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Monday
Jan262015

Five Sound Questions to Jeff Mills

Jeff Mills is largely regarded as an innovative techno DJ or producer. More recently, he’s been adopting his ideas, concepts, stories and esthetics from the outset. Since 2000, he’s been pushing further than his DJ fame. Started with creating a soundtrack for Fritz Lang’s “Metropolis”, his interest in the future and science-fiction grew, and over the years he has made various sf-inspired works.

For example, a more recent work is “Man of Tomorrow”. Featuring Mills’ poetic sounds and Caux’s invasive cinematic imagery, it is a portrait of Mills portraying his immense perception of the future. Other examples include him imagining a series of strange avant-garde objects questioning our relationship with the world, space and time.

Jeff Mills, Tomorrow + X, 2013 (c) Axis Records / 10 unique white records produced by Jeff Mills, iron spots and hands.
Beginning 2015, Mills exhibits his new work The Visitor, a “UFO inspired machine”, whose language system would be a complete reinterpretation and restructuration of the TR-909 drum machine. Something we might feature later here on Everyday Listening. For now, we’ve asked him to answer the Five Sound Questions, and we’re honored to have him on the site!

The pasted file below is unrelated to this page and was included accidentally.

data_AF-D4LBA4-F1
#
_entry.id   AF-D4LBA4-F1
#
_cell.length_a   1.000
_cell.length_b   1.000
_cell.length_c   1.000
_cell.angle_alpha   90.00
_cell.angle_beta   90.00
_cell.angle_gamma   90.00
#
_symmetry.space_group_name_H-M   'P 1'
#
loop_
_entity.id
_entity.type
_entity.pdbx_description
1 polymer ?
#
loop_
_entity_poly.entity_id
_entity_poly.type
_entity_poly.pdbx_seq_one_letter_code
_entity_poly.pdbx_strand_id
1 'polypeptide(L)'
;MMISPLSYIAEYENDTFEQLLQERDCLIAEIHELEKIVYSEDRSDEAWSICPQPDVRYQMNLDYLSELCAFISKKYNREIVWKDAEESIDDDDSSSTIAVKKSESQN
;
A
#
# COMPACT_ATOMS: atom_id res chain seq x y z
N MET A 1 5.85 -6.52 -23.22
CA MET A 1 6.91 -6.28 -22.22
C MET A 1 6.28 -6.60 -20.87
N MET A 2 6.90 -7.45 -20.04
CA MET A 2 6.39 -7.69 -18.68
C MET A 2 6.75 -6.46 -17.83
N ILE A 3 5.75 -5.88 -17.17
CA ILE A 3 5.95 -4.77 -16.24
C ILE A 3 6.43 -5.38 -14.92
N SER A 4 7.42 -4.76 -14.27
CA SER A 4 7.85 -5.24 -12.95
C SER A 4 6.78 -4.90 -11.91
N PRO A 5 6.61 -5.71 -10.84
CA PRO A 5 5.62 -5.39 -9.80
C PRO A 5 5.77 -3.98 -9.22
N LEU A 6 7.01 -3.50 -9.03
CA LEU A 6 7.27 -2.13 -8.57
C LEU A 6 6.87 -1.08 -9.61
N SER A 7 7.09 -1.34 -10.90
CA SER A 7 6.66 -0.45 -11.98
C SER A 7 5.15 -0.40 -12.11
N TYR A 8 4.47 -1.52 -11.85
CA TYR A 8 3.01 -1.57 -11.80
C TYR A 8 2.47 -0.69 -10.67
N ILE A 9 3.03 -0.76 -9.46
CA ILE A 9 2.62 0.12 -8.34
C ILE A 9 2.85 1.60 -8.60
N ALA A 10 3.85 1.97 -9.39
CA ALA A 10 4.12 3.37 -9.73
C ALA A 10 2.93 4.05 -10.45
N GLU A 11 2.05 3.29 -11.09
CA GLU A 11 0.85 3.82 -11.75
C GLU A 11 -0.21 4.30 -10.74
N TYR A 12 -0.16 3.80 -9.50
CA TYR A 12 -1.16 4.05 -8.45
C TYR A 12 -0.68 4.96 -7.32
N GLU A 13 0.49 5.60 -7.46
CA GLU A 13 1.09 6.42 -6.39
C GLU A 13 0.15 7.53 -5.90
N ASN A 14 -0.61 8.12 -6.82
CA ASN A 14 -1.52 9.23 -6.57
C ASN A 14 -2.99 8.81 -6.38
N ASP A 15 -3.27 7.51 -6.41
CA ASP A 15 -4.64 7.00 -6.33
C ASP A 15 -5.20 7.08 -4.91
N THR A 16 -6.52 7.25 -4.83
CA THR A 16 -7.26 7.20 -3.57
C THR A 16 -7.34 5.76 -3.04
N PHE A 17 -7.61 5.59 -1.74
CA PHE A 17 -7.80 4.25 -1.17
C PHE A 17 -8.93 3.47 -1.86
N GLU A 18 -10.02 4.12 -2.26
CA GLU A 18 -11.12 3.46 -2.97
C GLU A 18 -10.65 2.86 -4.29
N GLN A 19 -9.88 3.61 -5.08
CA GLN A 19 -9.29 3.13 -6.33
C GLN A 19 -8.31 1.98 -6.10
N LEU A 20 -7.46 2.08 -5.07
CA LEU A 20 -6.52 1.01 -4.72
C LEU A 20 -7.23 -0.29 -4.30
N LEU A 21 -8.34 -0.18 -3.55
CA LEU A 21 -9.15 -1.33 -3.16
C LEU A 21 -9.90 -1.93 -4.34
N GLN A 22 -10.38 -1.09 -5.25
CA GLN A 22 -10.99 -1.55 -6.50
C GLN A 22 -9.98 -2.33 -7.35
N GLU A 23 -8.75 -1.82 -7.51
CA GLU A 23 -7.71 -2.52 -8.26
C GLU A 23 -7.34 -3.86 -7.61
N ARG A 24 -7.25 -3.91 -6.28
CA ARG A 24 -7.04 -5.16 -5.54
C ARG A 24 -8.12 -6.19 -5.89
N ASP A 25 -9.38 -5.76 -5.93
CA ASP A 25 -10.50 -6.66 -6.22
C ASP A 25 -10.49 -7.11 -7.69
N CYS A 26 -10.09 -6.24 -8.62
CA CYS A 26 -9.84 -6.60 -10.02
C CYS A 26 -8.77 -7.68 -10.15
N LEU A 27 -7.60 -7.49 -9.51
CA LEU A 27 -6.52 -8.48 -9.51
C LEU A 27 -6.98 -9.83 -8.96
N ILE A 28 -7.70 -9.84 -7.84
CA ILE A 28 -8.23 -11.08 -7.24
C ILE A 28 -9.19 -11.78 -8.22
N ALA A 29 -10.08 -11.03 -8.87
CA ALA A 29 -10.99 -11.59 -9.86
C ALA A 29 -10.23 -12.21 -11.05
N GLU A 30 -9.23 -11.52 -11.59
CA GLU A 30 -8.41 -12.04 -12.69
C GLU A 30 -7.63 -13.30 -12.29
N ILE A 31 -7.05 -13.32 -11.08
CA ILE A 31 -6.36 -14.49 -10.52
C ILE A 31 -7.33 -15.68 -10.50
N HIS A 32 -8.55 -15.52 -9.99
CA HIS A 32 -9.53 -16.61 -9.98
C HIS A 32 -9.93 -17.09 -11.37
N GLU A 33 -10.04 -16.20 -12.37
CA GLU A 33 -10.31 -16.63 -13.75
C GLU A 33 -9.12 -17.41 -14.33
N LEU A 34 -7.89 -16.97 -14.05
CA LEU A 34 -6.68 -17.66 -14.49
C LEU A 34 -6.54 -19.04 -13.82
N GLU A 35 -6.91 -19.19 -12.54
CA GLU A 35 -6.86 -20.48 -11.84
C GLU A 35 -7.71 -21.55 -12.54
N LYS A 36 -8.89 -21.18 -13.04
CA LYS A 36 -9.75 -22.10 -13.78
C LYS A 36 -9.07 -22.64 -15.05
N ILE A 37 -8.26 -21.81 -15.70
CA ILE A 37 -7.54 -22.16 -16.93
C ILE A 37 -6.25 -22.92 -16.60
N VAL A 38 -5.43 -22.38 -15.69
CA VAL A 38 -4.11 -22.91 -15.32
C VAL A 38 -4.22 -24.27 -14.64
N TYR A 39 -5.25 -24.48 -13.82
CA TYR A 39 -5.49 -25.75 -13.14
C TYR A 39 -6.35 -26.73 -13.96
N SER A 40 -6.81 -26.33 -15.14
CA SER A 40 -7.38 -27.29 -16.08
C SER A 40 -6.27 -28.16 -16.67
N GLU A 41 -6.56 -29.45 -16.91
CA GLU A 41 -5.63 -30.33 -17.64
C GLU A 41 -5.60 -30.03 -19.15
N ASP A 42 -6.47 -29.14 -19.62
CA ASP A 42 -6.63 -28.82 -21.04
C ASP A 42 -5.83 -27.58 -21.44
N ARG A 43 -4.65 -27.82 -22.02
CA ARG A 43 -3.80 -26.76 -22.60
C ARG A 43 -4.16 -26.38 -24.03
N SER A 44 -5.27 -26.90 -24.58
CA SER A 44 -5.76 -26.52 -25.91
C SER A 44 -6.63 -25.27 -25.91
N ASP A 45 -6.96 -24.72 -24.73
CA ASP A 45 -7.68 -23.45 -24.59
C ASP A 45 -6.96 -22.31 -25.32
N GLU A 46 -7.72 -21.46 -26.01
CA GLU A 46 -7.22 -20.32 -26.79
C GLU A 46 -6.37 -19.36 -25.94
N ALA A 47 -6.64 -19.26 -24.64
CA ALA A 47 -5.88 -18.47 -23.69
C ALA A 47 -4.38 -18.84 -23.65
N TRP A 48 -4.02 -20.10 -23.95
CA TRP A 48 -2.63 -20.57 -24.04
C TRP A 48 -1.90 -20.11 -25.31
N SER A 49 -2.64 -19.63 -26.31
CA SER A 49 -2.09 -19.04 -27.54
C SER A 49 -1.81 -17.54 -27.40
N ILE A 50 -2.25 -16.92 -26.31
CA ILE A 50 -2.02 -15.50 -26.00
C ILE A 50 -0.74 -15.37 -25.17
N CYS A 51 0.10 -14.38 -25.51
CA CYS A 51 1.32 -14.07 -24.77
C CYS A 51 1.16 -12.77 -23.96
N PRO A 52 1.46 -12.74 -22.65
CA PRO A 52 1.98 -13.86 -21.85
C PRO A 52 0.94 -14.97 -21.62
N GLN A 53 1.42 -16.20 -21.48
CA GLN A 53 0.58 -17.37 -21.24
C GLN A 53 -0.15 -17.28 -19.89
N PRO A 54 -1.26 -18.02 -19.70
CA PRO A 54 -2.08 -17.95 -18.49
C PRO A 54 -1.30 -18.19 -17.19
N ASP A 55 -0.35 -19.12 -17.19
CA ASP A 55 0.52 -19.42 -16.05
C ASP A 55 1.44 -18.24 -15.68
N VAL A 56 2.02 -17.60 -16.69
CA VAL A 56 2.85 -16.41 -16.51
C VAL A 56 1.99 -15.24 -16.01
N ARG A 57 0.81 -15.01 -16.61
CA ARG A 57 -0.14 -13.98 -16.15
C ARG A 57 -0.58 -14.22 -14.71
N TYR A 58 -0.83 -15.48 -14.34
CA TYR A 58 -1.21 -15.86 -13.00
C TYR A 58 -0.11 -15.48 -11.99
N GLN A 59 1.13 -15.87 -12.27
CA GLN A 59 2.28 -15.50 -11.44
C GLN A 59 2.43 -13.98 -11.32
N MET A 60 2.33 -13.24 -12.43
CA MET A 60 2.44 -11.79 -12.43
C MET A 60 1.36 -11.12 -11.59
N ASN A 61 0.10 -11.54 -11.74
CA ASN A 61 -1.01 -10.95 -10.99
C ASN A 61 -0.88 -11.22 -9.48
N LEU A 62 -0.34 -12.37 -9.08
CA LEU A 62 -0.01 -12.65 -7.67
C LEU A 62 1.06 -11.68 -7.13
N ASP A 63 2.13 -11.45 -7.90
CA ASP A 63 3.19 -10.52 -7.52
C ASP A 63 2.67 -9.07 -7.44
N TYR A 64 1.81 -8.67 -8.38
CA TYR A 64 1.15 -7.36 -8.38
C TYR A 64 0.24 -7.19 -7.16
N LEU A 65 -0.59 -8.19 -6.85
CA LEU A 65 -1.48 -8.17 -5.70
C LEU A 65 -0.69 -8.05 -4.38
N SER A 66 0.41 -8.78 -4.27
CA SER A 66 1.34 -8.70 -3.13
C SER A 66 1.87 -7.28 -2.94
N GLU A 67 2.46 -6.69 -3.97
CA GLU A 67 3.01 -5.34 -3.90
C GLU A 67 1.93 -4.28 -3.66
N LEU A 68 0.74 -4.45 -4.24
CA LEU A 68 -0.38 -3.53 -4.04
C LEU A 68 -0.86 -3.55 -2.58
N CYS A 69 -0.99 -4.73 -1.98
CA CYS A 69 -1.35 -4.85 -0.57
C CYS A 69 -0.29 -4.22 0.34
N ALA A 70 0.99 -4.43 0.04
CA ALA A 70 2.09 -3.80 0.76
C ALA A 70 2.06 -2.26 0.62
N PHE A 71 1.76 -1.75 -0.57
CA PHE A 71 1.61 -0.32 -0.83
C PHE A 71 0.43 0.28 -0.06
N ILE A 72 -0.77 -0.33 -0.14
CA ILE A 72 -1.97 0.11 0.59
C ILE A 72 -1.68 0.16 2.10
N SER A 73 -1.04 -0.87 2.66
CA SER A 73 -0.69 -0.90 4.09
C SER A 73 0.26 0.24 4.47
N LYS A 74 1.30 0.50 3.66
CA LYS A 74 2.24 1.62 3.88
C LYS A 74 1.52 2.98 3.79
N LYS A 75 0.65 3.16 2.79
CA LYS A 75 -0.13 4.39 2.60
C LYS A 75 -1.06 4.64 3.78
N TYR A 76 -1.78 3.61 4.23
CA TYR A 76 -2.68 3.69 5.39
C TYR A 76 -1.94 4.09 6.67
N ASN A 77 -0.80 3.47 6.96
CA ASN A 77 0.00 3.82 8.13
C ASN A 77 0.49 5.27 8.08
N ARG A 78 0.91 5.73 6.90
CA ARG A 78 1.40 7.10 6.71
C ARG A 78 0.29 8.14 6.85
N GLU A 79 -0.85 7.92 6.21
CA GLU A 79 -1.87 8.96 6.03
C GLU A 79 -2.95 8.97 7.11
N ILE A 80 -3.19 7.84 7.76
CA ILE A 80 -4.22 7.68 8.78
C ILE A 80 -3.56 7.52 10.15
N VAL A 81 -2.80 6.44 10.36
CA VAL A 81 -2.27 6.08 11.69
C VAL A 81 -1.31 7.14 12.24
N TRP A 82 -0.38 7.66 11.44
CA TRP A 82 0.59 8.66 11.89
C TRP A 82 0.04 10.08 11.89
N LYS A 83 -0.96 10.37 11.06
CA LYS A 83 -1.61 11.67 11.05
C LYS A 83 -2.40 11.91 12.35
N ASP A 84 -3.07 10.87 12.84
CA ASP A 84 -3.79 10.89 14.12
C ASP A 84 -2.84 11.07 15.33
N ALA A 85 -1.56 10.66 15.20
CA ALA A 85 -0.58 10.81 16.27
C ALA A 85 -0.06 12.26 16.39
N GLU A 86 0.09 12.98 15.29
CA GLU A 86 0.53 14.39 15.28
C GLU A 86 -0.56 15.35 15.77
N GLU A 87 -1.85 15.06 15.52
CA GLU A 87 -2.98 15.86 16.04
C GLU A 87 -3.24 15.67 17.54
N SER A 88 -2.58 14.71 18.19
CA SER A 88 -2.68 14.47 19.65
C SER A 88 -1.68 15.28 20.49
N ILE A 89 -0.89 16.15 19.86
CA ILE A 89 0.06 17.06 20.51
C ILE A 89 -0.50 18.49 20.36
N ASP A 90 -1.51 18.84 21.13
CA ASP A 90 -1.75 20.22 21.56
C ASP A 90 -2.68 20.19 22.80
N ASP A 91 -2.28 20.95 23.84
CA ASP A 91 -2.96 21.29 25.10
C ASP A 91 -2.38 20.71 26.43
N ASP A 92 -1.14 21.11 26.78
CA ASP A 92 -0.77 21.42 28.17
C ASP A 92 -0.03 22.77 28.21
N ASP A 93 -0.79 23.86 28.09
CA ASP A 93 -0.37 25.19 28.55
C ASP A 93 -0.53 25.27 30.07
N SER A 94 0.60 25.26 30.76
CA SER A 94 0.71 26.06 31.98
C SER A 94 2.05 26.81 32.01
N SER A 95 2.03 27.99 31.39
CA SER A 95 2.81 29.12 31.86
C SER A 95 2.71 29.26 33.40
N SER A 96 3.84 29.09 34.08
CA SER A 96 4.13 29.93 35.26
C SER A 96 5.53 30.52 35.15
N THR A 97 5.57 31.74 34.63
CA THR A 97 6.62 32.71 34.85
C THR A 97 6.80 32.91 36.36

1. What sound from your childhood made the most impression on you?

The sound of the ice cream truck that used to come through all Detroit neighborhoods. One sound of the iconic music the driver would play out of his loudspeaker would send any kid into a frenzy. The trick would be to run home, asked your parents for money, then catch up and stop the truck. It was almost like capturing a White Unicorn Horse. Every kid was conditioned to react immediately to the sound of the truck music.

2. How do you listen to the world around you?

In various ways. Because I only speak English, I’ve leaned to read body, hand and eye movements very well, so I may not know exactly what is being said, but I can detect the sentiment. As a career DJ, it’s taught me to listen to multiple things at the same time. Consuming more reality than the average person. It’s made me much more attentive to everything around me. A drawback is that sometimes, my focused attention can be taken away too easily because I’m quite sensitive.

3. Which place in the world do you favor for its sound?

New York City. The city never sleeps. It’s like an alarm clock they never shuts off. Crazy, but I love it. 

4. How could we make sound improve our lives?

I think we can improve our lives with sound by trying to achieve true  silence first. Then by strategically applying sound would make us more appreciative for the sounds that are more relevant. Like a baby crying or laughing, people having a conversation, nature, the sounds of life in general.

5. What sound would you like to wake up to?

The sound of the ocean. 

 

Thanks Jeff! See answers by other artists in the Five Sound Questions section.

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